And Dauster does a really nice job of telling Benson’s story, works construction in the summer to help pay for his tuition and this bit of selflessness from Benson, right after the National Championship game, Benson didn’t want to go anywhere else, this was home and without Benson, which Beard very much recognizes, Beard cannot say that damn walk-on who has to earn literally everything is out-working you, a 4-star player who has had everything given to them.

For Beard, that is absolutely critical:

“Avery came [into my office] Tuesday, the day after the national championship game,” Beard said in the bowels of the Garden Tuesday night, “and I asked Avery if he wants to talk about [transferring], and he said, ‘No, coach. I’m staying the course. I’m not going anywhere.’ I told the coaches that day that this is one of the biggest things that will happen to us. We’ll recruit four and five star guys that will get all the ink, but what just happened with Avery Benson is big.”


“Our culture is everything. Our culture is what got us to the Final Four and won the Big 12. Players come and go, coaches come and go, but if culture stays the same, there’s a way to keep winning. The Patriots wide receivers change from time to time. Alabama gets a new quarterback, but they keep winning. We got a long way to go at Texas Tech basketball, but we like to think our culture is real.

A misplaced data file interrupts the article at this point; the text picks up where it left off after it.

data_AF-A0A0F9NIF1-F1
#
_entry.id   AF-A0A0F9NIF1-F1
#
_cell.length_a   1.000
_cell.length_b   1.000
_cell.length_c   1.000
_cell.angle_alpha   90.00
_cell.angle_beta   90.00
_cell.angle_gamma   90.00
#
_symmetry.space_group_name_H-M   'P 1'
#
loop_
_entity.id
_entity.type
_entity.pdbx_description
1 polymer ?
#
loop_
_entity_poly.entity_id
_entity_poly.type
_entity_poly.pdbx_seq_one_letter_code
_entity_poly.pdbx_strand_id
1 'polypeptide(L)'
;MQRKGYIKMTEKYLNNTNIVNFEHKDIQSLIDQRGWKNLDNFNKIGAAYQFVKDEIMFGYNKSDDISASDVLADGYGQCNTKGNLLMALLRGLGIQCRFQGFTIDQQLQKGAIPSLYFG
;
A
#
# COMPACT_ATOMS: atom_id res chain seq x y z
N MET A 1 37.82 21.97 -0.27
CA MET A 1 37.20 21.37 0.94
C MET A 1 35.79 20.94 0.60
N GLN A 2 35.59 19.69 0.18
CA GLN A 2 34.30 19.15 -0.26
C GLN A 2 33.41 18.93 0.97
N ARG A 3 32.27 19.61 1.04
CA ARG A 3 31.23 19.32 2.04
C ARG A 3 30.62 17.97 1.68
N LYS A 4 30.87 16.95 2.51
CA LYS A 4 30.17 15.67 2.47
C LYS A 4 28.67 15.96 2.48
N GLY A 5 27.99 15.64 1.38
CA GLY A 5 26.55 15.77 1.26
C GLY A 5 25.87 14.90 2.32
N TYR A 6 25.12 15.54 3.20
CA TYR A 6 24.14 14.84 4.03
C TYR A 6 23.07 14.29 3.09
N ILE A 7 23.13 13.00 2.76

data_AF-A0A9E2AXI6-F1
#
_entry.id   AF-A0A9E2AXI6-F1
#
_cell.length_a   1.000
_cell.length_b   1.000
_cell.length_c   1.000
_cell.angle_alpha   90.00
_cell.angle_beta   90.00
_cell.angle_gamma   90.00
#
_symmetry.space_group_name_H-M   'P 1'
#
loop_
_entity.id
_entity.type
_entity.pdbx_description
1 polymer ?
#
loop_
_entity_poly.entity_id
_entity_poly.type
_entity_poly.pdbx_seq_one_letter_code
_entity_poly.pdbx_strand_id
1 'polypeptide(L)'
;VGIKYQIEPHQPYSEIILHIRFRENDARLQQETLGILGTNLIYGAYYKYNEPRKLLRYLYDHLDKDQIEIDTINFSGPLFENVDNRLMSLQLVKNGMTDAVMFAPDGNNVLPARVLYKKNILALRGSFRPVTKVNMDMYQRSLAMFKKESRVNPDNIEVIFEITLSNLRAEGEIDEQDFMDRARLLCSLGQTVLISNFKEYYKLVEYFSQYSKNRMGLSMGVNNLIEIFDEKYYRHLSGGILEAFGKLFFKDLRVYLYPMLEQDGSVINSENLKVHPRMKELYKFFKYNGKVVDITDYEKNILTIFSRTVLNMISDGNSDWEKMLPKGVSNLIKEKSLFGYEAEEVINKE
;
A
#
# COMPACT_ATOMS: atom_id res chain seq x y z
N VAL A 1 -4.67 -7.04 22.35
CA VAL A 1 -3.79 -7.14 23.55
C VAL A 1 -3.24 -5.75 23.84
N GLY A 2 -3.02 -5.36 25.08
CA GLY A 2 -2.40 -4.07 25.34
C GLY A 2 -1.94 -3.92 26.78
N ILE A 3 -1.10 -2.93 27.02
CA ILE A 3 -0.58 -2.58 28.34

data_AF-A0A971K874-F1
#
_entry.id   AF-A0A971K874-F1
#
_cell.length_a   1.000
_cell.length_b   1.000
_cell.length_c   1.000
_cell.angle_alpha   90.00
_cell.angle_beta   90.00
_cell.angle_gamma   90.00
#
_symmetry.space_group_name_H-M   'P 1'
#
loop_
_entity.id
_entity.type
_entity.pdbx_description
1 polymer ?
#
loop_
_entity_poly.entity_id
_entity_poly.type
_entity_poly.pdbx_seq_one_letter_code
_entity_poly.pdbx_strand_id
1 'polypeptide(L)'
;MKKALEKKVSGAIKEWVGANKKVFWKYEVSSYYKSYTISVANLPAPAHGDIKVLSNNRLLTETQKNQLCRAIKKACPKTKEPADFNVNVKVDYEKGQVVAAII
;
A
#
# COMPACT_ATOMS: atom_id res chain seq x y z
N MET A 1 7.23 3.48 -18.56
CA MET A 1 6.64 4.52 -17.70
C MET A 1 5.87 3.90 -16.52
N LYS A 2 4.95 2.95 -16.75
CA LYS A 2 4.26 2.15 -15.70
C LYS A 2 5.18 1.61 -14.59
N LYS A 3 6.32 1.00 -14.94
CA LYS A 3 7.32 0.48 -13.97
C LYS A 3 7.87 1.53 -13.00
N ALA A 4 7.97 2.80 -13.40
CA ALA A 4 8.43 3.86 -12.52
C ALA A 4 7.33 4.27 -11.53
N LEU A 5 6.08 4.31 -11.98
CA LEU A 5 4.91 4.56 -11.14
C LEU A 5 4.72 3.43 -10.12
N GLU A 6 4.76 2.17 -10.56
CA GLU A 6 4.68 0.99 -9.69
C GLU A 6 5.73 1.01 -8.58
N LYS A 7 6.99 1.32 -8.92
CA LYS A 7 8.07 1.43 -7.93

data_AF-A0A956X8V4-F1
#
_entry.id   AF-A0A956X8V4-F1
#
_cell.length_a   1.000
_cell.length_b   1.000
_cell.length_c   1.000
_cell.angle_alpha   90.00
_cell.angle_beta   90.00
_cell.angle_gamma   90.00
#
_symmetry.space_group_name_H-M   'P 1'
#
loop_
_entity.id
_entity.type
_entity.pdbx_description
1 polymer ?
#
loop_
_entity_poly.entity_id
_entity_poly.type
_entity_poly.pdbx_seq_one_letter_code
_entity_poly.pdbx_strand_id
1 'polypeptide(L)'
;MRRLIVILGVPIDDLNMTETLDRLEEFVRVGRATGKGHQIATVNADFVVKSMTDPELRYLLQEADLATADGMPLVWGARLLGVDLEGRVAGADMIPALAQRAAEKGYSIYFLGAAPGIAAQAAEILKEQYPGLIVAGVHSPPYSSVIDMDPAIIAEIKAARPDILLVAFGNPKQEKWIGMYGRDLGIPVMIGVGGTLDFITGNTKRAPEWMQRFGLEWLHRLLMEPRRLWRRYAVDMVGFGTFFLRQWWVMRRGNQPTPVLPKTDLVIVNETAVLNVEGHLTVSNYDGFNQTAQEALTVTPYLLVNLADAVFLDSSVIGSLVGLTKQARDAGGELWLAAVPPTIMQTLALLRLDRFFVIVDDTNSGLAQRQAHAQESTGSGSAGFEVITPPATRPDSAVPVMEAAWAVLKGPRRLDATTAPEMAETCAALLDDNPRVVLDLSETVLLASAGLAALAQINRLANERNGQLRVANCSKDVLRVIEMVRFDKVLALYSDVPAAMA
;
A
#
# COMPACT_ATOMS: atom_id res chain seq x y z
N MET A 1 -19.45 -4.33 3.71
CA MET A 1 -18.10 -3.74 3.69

“And having guys like Avery means the world to us.”

That last part is 100% true, it literally means the world to the coaching staff, to Beard, and to the rest of the team because without guys like Thomas Brandsma and Avery Benson, there’s no tone-setter other than Beard. Beard understands that this isn’t enough, and that sort of humility is what makes Beard so smart as a coach.

Oh, and I’ll make you click on over to read the last quote, which you need to read, but Benson believes (rightfully so) that Beard would take a bullet for him and I’d guess vice-versa (FN 2). That loyalty is earned and it is very real. Other players see that and that’s what makes Texas Tech basketball different than any other place. I don’t know any other coach that embraces players like Brandsma and Benson like Beard does.

They are necessary cogs in the Beard-machine.


FN 1. When I hear Chris Beard talk and Matt Wells talk, I am often reminded how much they sound alike in a lot of respects. I know the results are drastically different, but this often strikes me, especially at this time of the year when football is done and basketball is ramping up. I tend to think this is what drew Kirby Hocutt to Wells as they appear to be cut from the same cloth from my point of view.

FN 2. Since I’m using footnotes to talk about football, this is the one thing that we simply don’t know yet, which is that Beard has created a culture where the players believe (again, rightfully so) that Beard will be willing to do anything for them and do the football players believe that Wells would be willing to do the same? That’s not something that happens automatically, but I think this is the one area that Wells needs improvement. I think the way this team competed all year despite the result is a testament to part of that, but these players are emotionally invested in Beard and I don’t know how they feel about Wells.